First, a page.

Wednesday, May 30, 2007

Geographic Predictors

Ok- another potentially cool idea- ready for thesis writing. What if you could "Predict the locations of the next technological innovations and breakthroughs?". It's so fascinating if you think that Sillicon valley is home to so many innovative companies (Google + Apple just to name a couple of recent hyberbolic examples of what many associate with innovation) and also some of the best weather in the country (warm, sunny, mild coastal climate).

So Why?

Are people who invent and create stuff magnetically drawn to certain creative poles ? Really what is most interesting is what are the other politcal, cultural, business and legal (to name several) conditions in certain areas. For so many thousands of years China came of with so many inventions before modernized equivalent came to fruition in other parts of the globe. Something has to be different in more than just the climate.

Some countries produce way more patents every year than others. And what if historical data (economic, educational, scientific was used to extrapolate and predict what areas of the world most closely resemble those which have in the past fostered so much growth in new ideas, inventions, innovations. Using varied forecasting techniques predictions could be made on where money should be invested years before its too late too make 'lots' of money.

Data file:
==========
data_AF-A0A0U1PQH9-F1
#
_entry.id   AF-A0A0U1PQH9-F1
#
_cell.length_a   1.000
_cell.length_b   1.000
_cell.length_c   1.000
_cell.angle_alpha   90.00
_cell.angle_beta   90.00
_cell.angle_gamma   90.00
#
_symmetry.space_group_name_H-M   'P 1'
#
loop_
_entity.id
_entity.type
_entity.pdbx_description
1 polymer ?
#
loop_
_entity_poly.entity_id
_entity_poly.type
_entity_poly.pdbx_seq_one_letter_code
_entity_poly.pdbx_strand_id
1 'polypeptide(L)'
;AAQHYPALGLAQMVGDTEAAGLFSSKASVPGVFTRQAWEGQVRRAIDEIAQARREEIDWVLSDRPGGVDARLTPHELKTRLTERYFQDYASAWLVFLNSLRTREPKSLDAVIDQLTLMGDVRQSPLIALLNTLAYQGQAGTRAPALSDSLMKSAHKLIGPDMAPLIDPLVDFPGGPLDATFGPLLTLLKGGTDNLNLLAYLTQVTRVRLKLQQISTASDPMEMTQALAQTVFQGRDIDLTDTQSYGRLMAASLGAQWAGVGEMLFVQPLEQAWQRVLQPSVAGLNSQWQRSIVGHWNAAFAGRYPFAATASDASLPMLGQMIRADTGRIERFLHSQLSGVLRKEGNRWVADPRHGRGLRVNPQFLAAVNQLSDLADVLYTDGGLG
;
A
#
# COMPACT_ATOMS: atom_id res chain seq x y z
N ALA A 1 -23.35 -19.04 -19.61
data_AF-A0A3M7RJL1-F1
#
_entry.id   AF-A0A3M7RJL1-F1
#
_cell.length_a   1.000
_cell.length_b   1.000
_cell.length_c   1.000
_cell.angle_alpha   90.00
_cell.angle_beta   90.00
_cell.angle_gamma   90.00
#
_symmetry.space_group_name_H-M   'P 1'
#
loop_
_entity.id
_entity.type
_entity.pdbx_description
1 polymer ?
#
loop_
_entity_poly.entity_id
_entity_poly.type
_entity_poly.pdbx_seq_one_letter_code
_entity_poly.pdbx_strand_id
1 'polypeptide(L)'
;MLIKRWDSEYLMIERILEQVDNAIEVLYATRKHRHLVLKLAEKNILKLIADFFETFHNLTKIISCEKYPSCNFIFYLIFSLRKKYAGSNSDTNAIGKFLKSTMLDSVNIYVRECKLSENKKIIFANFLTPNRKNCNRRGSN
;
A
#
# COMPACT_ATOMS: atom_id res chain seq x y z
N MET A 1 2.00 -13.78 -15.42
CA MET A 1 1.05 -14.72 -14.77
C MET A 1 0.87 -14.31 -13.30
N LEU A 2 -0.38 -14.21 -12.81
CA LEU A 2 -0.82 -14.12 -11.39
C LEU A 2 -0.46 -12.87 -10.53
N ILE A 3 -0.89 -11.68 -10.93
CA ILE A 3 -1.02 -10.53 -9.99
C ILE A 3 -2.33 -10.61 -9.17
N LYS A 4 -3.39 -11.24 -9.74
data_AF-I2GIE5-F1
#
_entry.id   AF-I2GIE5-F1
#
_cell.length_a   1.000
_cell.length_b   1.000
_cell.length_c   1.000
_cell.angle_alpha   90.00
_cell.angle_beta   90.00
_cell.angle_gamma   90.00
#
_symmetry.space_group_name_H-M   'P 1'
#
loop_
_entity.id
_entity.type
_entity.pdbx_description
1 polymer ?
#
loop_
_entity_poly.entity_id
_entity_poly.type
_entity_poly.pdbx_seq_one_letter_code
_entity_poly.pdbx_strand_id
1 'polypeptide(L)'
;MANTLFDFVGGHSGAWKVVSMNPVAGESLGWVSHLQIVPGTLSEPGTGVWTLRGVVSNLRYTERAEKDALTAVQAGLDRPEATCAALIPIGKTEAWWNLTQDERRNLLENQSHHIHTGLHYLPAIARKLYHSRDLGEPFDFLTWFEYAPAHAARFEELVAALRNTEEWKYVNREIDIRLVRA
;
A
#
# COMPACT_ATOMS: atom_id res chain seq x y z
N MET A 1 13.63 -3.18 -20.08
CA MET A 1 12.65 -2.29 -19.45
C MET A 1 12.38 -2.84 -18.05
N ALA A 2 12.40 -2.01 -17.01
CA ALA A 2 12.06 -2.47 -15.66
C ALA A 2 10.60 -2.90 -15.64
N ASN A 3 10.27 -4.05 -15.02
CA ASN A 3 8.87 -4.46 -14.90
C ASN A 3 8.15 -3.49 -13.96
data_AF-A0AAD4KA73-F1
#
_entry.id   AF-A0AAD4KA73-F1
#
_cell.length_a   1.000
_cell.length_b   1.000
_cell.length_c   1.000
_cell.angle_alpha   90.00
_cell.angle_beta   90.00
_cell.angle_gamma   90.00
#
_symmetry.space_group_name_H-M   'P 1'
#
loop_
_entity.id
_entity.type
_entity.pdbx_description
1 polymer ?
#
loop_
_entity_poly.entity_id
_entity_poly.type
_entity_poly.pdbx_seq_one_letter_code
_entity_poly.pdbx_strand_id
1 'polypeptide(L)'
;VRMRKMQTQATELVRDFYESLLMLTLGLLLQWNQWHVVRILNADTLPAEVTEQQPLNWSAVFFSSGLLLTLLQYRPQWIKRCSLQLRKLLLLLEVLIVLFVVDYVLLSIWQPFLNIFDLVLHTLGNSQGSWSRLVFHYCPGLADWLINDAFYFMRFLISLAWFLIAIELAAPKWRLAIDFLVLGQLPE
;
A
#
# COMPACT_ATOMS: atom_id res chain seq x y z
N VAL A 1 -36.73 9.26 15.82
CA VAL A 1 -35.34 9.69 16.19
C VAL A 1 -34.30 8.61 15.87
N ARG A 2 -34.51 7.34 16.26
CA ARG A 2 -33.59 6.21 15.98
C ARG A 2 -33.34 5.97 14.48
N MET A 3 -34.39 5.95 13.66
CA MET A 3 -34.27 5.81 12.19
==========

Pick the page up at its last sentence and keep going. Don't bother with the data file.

Taking a broader perspective you could attempt to predict where the next dictator or bloody riot would take place. You could also predict which Universities will pump out the best graduates each year by automatically updating the most current campus information and not simply what some tradition tells employers where to hire. I realize various attempts have been made with different types of outcome predictors- but compiling this information on a global scale constantly updated would be amazing. I think I should talked to some programmers, economists, and scientists from across the fields- this would be incredible.

4 comments:

Paul said...

The 'programming' is not the difficult part, it is the easy part. The hard part is determining what the 'heuristics' are and how to weight them approrpiately to provide probabilistic prediction. Software will not 'magically' do that for you, it will crunch the numbers once you have determined the algorith to do so.
EG: When you take in economic data, population density, average level of education, climate etc.. you have to give it a weight, 'crunch' those numbers, and based on your algorithm, say the predictability for breakthroughs is low, medium, high etc...

This sort of thing already happens in a number of fields. The most ubiquotous one is... weather. A number of data points historical and present, are taken into account to predict the weather... the better the algorithm, the more accurate... This is also used in predicting where predators and murderer's exist. EG: Most criminals are within 5 miles of their home.. and various clues will strengthen or weaken that..


With sociological and economic data, it can be done. I think it's a good idea overall. If you come up with the 'heuristics' it could be sold.. Good luck!

This sort of

Paul said...

BTW: If you come up with the heuristics, I'd be happy to provide the programming for you.. that part is really easy. It's just math, 2 + 2

Marc Jorgensen said...

fascinating. thanks for the info

Marc Jorgensen said...

fascinating. thanks for the info